Fixed Recoverable Costs – 9 months away?

At the Civil Procedure Rules Committee meeting on 13 May 2022, it was confirmed that the extension of fixed recoverable costs (FRC) is planned for April 2023. Please follow this link for a summary of the meeting which provides updates on other topics as well as FRC.  

FRC for the whole of the fast track and ‘lower reaches’ of the multi-track were first proposed by Lord Woolf during the last century! No progress was made and the topic went stale. Lord Justice Jackson raised FRC in his reports ahead of the LASPO reforms in 2013. Since 2013, progress has been delayed due to Brexit and COVID-19, but the government are now firmly focused on ensuring that the extension of FRC is rolled out. I recently spoke to Dominic Regan who confirmed that he thinks implementation will be April 2023, whereas I am of the view that it will be October 2023.

Regardless of the implementation date, it is important that all law firms who undertake contentious work (with damages under £100,000) start to prepare for implementation. Fees recovered inter partes will be very different, here is an example:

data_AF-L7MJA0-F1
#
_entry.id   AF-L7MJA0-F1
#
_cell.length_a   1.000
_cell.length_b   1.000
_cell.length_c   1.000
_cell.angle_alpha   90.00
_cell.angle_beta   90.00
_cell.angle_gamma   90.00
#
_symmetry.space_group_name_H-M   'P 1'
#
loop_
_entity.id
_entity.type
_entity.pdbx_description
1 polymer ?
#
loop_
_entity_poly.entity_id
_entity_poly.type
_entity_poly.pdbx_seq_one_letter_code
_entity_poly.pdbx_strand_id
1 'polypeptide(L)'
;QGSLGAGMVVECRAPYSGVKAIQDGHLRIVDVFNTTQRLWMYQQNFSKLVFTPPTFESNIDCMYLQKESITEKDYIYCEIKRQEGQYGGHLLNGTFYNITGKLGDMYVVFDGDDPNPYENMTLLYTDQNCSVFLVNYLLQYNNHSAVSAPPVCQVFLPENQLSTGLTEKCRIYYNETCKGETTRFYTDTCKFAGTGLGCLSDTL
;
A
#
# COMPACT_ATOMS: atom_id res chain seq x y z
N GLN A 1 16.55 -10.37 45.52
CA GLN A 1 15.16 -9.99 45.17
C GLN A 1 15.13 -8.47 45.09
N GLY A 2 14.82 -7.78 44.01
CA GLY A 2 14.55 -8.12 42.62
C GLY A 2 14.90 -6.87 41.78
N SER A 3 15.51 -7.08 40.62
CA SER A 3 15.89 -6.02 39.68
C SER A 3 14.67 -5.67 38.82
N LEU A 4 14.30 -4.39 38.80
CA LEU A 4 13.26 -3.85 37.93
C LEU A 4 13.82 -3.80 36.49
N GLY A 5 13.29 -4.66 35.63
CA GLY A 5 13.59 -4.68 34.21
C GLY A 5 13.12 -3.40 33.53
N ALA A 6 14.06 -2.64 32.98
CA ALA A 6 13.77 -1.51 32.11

• Band 2 case under the expanded fast track
  • Pleaded value of £50k but settles for £25k
  • Settles at Stage 5 – Witness Statements and Experts Reports
  • No JSM or Mediation
  • L3 firm instructed (12.5% uplift)
  • Fee would be £9,500 plus 16% of damages (£4,000) plus 12.5%
  • Total = £15,187.50 plus any disbursements and VAT

The fee of £15,187.50 allows circa. 82 hours at £185 per hour (Grade C SCCO GHR for an L3 firm). Remember, the £15,187.50 fee is for the lawyer and Counsel except where Counsel are instructed using one of the ‘bolt-on’ fees. The ‘bolt-on’ fees are not factored into the calculation, but if they were then they would allow no more than £3,250 for external Counsel drafting of statement of case and for a written opinion and/or advising in conference. I suspect £15,187.50 represents grim reading for most litigators and is significantly lower than a litigator would expect to recover inter partes at present for a case with the above assumptions.

The extension of FRC will bring significant change to inter partes costs recovery and create further pressure on solicitor/own client relationships. However, FRC will create opportunities for many law firms but those firms will need to rely on increased economies of scale. Efficiency, efficiency and guess what? Efficiency will be key! The Costs and Litigation Funding team at Clarion has followed the topic of FRC extensively since 2013 and can provide training on the reforms for law firms.

Please do not hesitate to contact Andrew McAulay at or on 077645 01252 for further information or Rob Patterson at or on 07961 875496.

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